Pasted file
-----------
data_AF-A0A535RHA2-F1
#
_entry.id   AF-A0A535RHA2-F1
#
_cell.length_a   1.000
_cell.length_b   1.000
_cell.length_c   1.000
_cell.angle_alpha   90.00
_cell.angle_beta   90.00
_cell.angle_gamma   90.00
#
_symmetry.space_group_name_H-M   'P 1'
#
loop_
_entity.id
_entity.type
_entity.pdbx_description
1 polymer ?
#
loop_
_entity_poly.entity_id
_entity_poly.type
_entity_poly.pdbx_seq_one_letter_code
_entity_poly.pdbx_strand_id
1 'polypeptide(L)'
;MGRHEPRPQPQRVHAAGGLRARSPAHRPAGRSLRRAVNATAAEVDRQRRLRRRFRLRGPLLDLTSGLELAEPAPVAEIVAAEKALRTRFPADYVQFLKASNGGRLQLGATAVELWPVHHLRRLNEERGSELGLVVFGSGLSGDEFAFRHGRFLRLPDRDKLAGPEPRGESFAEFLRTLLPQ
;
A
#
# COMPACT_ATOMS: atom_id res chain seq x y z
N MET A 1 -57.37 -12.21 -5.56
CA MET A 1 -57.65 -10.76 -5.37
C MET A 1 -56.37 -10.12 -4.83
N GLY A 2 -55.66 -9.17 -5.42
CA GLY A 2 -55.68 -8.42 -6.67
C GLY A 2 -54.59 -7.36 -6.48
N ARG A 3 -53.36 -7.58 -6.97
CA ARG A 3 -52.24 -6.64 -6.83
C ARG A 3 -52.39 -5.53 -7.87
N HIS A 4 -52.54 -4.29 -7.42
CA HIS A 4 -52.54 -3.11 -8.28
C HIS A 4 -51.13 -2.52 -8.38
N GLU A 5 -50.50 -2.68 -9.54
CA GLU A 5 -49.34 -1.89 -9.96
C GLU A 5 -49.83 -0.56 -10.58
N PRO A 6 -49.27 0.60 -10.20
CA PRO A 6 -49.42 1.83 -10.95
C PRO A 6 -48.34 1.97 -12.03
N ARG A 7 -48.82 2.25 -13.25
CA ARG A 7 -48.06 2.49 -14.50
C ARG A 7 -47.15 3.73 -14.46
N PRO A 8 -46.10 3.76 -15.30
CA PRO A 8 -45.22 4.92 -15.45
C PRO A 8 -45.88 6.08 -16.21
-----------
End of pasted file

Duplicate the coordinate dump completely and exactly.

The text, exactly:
data_AF-A0A535RHA2-F1
#
_entry.id   AF-A0A535RHA2-F1
#
_cell.length_a   1.000
_cell.length_b   1.000
_cell.length_c   1.000
_cell.angle_alpha   90.00
_cell.angle_beta   90.00
_cell.angle_gamma   90.00
#
_symmetry.space_group_name_H-M   'P 1'
#
loop_
_entity.id
_entity.type
_entity.pdbx_description
1 polymer ?
#
loop_
_entity_poly.entity_id
_entity_poly.type
_entity_poly.pdbx_seq_one_letter_code
_entity_poly.pdbx_strand_id
1 'polypeptide(L)'
;MGRHEPRPQPQRVHAAGGLRARSPAHRPAGRSLRRAVNATAAEVDRQRRLRRRFRLRGPLLDLTSGLELAEPAPVAEIVAAEKALRTRFPADYVQFLKASNGGRLQLGATAVELWPVHHLRRLNEERGSELGLVVFGSGLSGDEFAFRHGRFLRLPDRDKLAGPEPRGESFAEFLRTLLPQ
;
A
#
# COMPACT_ATOMS: atom_id res chain seq x y z
N MET A 1 -57.37 -12.21 -5.56
CA MET A 1 -57.65 -10.76 -5.37
C MET A 1 -56.37 -10.12 -4.83
N GLY A 2 -55.66 -9.17 -5.42
CA GLY A 2 -55.68 -8.42 -6.67
C GLY A 2 -54.59 -7.36 -6.48
N ARG A 3 -53.36 -7.58 -6.97
CA ARG A 3 -52.24 -6.64 -6.83
C ARG A 3 -52.39 -5.53 -7.87
N HIS A 4 -52.54 -4.29 -7.42
CA HIS A 4 -52.54 -3.11 -8.28
C HIS A 4 -51.13 -2.52 -8.38
N GLU A 5 -50.50 -2.68 -9.54
CA GLU A 5 -49.34 -1.89 -9.96
C GLU A 5 -49.83 -0.56 -10.58
N PRO A 6 -49.27 0.60 -10.20
CA PRO A 6 -49.42 1.83 -10.95
C PRO A 6 -48.34 1.97 -12.03
N ARG A 7 -48.82 2.25 -13.25
CA ARG A 7 -48.06 2.49 -14.50
C ARG A 7 -47.15 3.73 -14.46
N PRO A 8 -46.10 3.76 -15.30
CA PRO A 8 -45.22 4.92 -15.45
C PRO A 8 -45.88 6.08 -16.21